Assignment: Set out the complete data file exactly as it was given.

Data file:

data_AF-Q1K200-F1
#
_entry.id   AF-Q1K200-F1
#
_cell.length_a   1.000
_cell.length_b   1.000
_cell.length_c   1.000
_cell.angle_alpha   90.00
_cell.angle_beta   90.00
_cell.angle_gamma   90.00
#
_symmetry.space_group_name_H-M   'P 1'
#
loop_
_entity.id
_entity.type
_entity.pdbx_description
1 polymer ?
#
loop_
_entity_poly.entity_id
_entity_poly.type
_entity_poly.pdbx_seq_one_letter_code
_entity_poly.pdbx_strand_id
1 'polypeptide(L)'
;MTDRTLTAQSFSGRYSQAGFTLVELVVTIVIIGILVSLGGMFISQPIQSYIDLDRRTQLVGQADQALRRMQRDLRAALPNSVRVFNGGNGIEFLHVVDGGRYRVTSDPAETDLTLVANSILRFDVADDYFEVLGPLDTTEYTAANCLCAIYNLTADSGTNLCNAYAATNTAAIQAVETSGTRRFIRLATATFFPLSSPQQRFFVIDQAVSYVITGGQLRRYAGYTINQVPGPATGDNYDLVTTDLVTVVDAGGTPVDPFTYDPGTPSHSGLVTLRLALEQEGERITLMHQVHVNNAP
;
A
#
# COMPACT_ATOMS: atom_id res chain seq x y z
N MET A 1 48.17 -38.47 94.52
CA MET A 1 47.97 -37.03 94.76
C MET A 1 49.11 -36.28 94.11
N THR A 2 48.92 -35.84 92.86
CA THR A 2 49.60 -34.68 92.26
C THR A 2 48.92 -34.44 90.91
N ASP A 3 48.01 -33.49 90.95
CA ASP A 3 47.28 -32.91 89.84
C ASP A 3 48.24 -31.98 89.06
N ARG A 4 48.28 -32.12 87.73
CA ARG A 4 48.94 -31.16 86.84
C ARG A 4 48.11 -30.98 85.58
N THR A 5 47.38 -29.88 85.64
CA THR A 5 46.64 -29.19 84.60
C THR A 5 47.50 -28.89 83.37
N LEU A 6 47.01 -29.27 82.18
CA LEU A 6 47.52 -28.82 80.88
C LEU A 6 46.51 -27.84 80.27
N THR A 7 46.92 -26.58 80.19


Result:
data_AF-Q1K200-F1
#
_entry.id   AF-Q1K200-F1
#
_cell.length_a   1.000
_cell.length_b   1.000
_cell.length_c   1.000
_cell.angle_alpha   90.00
_cell.angle_beta   90.00
_cell.angle_gamma   90.00
#
_symmetry.space_group_name_H-M   'P 1'
#
loop_
_entity.id
_entity.type
_entity.pdbx_description
1 polymer ?
#
loop_
_entity_poly.entity_id
_entity_poly.type
_entity_poly.pdbx_seq_one_letter_code
_entity_poly.pdbx_strand_id
1 'polypeptide(L)'
;MTDRTLTAQSFSGRYSQAGFTLVELVVTIVIIGILVSLGGMFISQPIQSYIDLDRRTQLVGQADQALRRMQRDLRAALPNSVRVFNGGNGIEFLHVVDGGRYRVTSDPAETDLTLVANSILRFDVADDYFEVLGPLDTTEYTAANCLCAIYNLTADSGTNLCNAYAATNTAAIQAVETSGTRRFIRLATATFFPLSSPQQRFFVIDQAVSYVITGGQLRRYAGYTINQVPGPATGDNYDLVTTDLVTVVDAGGTPVDPFTYDPGTPSHSGLVTLRLALEQEGERITLMHQVHVNNAP
;
A
#
# COMPACT_ATOMS: atom_id res chain seq x y z
N MET A 1 48.17 -38.47 94.52
CA MET A 1 47.97 -37.03 94.76
C MET A 1 49.11 -36.28 94.11
N THR A 2 48.92 -35.84 92.86
CA THR A 2 49.60 -34.68 92.26
C THR A 2 48.92 -34.44 90.91
N ASP A 3 48.01 -33.49 90.95
CA ASP A 3 47.28 -32.91 89.84
C ASP A 3 48.24 -31.98 89.06
N ARG A 4 48.28 -32.12 87.73
CA ARG A 4 48.94 -31.16 86.84
C ARG A 4 48.11 -30.98 85.58
N THR A 5 47.38 -29.88 85.64
CA THR A 5 46.64 -29.19 84.60
C THR A 5 47.50 -28.89 83.37
N LEU A 6 47.01 -29.27 82.18
CA LEU A 6 47.52 -28.82 80.88
C LEU A 6 46.51 -27.84 80.27
N THR A 7 46.92 -26.58 80.19